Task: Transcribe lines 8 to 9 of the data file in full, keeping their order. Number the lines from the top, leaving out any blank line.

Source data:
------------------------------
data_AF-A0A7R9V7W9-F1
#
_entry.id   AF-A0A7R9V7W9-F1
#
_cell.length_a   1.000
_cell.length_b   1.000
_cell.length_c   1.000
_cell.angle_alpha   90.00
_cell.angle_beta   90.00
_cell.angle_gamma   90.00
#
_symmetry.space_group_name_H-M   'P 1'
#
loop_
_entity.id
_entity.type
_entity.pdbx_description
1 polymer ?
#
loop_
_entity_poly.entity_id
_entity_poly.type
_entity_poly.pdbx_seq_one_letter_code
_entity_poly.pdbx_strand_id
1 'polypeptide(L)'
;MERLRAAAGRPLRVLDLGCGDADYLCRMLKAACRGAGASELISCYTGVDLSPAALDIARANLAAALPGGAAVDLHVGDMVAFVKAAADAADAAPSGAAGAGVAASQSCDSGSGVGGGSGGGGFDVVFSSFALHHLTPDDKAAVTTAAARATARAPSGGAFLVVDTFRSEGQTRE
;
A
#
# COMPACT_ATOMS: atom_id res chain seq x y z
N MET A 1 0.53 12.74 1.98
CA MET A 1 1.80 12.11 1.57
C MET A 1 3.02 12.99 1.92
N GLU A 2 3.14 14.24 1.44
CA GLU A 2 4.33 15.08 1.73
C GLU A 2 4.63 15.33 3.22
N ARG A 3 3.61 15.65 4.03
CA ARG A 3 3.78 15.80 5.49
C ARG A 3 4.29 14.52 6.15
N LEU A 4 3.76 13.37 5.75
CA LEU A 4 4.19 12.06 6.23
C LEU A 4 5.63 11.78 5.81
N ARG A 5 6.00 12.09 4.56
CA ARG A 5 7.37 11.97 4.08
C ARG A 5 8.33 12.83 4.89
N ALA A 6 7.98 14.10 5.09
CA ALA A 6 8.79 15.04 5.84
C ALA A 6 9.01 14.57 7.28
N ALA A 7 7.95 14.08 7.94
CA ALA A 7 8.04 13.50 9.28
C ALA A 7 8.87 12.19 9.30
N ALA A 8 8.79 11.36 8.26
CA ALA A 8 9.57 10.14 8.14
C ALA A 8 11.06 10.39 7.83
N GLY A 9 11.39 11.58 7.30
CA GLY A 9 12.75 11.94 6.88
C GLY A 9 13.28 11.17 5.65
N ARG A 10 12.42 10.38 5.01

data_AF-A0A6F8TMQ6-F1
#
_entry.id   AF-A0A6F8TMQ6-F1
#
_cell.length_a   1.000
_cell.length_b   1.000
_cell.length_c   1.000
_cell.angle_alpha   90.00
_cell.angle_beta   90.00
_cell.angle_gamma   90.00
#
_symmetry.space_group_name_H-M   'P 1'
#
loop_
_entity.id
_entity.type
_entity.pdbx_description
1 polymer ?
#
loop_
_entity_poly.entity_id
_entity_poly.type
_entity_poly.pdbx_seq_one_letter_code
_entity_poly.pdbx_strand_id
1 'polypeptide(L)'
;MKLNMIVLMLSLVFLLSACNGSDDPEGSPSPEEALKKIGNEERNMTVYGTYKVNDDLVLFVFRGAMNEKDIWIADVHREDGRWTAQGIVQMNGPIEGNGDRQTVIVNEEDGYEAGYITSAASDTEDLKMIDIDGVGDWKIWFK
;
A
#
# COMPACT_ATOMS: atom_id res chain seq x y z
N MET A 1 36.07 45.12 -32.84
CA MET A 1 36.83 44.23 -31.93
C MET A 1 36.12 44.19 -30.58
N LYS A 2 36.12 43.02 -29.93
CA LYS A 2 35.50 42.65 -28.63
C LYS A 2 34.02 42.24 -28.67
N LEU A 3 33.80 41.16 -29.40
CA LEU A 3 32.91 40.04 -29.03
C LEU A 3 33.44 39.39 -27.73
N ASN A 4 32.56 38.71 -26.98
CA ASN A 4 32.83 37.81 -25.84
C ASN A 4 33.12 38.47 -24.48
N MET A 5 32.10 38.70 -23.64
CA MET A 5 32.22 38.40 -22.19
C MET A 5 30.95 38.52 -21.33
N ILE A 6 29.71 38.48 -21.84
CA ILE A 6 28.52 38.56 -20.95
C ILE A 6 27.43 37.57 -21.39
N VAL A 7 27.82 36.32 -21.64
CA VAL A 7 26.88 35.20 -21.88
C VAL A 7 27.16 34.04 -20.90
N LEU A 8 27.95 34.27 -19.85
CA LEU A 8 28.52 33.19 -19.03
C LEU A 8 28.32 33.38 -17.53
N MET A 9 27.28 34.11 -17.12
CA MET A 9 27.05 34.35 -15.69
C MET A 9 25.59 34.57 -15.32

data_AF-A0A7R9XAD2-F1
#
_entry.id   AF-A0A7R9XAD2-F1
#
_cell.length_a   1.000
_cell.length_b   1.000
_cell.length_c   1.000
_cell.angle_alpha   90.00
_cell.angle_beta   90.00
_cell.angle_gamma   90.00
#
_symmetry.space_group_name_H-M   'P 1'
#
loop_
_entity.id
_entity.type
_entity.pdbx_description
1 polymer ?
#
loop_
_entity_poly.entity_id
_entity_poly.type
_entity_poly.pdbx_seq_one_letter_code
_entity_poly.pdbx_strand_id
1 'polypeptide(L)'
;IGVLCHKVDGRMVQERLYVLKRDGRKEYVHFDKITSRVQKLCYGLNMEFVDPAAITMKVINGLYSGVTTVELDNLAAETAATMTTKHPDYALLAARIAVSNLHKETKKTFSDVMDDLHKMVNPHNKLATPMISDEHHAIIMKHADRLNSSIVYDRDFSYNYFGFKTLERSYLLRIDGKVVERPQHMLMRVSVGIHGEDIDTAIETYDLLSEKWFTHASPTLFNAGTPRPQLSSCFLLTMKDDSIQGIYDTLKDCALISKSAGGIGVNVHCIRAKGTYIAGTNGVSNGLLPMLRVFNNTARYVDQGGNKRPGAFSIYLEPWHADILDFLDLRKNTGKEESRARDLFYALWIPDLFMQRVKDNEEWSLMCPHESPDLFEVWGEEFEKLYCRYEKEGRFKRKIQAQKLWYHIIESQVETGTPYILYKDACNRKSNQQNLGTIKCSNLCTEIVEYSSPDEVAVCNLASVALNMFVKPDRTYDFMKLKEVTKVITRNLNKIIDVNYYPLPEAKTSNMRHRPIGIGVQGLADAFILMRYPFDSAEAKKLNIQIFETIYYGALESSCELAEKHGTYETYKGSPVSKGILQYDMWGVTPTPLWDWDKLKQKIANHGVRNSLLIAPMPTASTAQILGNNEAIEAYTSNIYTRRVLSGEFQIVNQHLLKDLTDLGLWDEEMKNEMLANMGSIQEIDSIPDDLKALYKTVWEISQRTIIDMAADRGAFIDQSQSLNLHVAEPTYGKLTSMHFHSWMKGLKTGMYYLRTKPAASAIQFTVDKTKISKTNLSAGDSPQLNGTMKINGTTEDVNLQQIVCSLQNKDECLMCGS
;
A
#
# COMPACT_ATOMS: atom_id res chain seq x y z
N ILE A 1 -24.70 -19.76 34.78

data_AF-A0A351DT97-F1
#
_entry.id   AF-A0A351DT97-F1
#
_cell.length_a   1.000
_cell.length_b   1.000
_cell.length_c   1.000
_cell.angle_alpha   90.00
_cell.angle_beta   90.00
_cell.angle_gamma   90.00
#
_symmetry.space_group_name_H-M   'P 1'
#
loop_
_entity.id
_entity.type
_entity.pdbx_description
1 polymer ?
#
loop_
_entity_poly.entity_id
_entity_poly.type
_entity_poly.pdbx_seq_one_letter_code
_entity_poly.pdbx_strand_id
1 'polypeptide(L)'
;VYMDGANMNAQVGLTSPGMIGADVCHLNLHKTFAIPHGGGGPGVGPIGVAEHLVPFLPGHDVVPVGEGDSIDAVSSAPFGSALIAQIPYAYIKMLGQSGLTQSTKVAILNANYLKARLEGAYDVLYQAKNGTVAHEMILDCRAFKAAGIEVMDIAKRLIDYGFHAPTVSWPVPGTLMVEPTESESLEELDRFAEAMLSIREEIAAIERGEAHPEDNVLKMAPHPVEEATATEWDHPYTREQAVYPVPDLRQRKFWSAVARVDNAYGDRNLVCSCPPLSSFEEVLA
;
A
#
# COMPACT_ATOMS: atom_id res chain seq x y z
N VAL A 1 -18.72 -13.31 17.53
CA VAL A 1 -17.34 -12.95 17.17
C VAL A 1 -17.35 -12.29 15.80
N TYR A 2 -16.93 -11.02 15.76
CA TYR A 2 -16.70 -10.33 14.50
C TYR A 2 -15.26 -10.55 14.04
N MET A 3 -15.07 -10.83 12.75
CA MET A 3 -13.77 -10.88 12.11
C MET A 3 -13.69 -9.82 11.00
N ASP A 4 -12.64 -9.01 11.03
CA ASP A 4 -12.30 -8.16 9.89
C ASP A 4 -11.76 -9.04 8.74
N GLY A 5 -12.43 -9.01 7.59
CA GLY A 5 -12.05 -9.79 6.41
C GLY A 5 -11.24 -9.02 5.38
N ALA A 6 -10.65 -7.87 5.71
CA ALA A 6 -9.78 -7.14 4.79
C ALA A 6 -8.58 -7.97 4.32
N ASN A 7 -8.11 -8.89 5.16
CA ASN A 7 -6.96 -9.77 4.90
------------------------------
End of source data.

_cell.angle_alpha   90.00
_cell.angle_beta   90.00